- 04/15/2012, 10:48PM ET
M as in Mancy said 04/15, 10:48 PM
Frank McCourt???s conduct and finances turned the Dodgers into a laughingstock. But now that Magic's ownership group has paid 2.15B for the franchise, is all well in LaLa land?
I get worried every time an exorbitant number gets thrown out there. As of 2011, Forbes valued the franchise at 800M. 2009 and 2010 was 722M and 727M. From 2009-2011, team revenue hovered in the 245M range. Yet somehow they paid almost 4 times what the franchise was worth. All this evidence is to show they grossly overpaid and it can come back to bite the fans???
This year is as smooth as a Matt Kemp swing. However the ownership group will want to recoup their purchase price through other ways. Higher ticket prices, merchandise, concessions, parking fees? They could be pricing out the average fan... Cheaper free agents, smaller front office and coaching salaries? ...While putting out a cheaper product. They???ve said all the right things. But when a poor man buys a Corvette, he has to skimp on the extras. No LS7 engine, no leather seats, no sweet rims, no GPS???
I just hope in 3-5 years the fans don???t wake up in a stripped down Corvette. But that???s why he???s called Magic, right?
C-C-C said 04/15, 11:50 PM
Forbes "valuation" is meaningless. A business is worth whatever someone is willing to pay for it. There were multiple bids for the Dodgers driving up the selling price. Is it an obscene amount of money for a baseball team based on previous sales? Of course. But that has nothing to do with whether or not acquiring the team was a good move by the Magic group.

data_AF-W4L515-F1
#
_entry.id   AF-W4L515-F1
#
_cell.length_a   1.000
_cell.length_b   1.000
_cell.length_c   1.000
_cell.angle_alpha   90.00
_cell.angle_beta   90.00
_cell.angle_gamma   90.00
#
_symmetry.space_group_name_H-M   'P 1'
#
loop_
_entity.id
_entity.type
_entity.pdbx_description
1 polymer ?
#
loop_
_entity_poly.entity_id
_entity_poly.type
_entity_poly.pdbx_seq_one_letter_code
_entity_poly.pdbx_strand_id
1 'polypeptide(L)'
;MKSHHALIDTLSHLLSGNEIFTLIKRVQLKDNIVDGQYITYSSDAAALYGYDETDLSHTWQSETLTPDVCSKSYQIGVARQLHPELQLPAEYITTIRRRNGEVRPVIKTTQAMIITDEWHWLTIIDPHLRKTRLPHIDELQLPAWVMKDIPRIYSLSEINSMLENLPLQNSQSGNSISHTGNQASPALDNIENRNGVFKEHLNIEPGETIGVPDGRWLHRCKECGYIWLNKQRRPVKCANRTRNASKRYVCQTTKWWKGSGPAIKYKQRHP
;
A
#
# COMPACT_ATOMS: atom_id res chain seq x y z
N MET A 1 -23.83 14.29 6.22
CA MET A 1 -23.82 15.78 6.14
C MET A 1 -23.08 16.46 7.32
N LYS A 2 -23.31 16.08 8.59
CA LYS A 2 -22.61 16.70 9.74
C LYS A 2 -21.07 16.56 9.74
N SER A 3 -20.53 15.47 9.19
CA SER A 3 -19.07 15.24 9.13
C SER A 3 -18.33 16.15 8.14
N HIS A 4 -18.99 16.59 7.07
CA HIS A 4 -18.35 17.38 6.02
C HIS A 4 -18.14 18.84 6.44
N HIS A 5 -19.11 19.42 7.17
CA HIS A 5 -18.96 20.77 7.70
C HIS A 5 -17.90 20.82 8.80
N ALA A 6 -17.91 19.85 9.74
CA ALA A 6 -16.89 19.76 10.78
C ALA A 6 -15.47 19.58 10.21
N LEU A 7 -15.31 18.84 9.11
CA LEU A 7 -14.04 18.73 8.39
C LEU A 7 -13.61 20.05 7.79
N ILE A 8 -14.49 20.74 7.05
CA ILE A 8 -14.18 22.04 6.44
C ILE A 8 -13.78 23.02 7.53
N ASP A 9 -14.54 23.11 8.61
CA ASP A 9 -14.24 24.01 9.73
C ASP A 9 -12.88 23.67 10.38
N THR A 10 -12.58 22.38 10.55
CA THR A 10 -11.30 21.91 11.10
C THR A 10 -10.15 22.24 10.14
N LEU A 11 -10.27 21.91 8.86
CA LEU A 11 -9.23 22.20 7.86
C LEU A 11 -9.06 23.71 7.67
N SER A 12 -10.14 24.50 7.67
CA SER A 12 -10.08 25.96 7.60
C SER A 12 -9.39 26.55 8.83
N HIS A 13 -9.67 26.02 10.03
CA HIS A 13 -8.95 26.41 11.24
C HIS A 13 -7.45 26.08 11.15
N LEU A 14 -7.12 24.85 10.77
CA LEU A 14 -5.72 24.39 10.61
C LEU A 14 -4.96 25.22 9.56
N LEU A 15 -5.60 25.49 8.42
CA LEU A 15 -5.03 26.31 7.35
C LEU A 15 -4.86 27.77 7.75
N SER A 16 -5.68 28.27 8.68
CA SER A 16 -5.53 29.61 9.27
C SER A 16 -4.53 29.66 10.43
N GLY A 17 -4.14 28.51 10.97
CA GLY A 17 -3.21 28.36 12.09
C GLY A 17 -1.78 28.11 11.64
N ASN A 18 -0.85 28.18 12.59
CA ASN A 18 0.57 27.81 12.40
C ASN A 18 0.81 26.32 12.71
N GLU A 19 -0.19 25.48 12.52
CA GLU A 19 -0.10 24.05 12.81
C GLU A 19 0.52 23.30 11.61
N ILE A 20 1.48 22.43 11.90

After the Yankees, the Dodgers are the most history rich franchise in baseball, a business where history is everything. We aren't talking about buying the Royals, here.
From a financial standpoint, this deal makes plenty of sense. Fox Sports and Time Warner have been getting into bidding wars over broadcast rights in the L.A. market and the Dodgers TV contract is about to expire.
TW just paid 5 billion for broadcast rights to the Lakers over the next 25 years. Assuming a similar TV deal for the Dodgers and $2bil was a steal. That deal would pay for the team in 10 years with the rest profit.
As for Magic, his share of the team is negligible. He put up little of the money himself. His participation is about image and will go a long way toward increasing revenues. It's can't lose for him.
M as in Mancy said 04/16, 01:25 AM
The debate is not about Guggenheim Financial (to be precise) getting a GREAT deal, it's about the fans. (sob)
I like your financial line of logic. If you were running Wall Street we'd all be rich! Empirical evaluation is useless; just buy it, and then sell it onto the next sucker, right? Forbes bases their valuation on debt, revenue, operating income, market, player expenses, etc, etc. If Guggenheim's cost is absorbed by cable's deal, then cable will pass it on thru higher rates from local businesses and FANS. I don't understand the black box calculus, but I certainly don't think real value is irrelevant when considering that costs are ALWAYS born at the bottom level. (fans, sob)
If the buyer is smart, and not thinking with their fanhood (sob), they would be trying to narrow that discrepancy btw actual value and purchase value. The big TV deals are CONTINGENT on perceived future value. If in the future they want to renegotiate a new TV deal, a new stadium, franchise sale, or Guggenheim Financial goes under, it would be wise to increase real value. Soon. 3-5 years. At the fans' expense.
Number typo. Not 4x, 3x the perceived value. Could have called me out.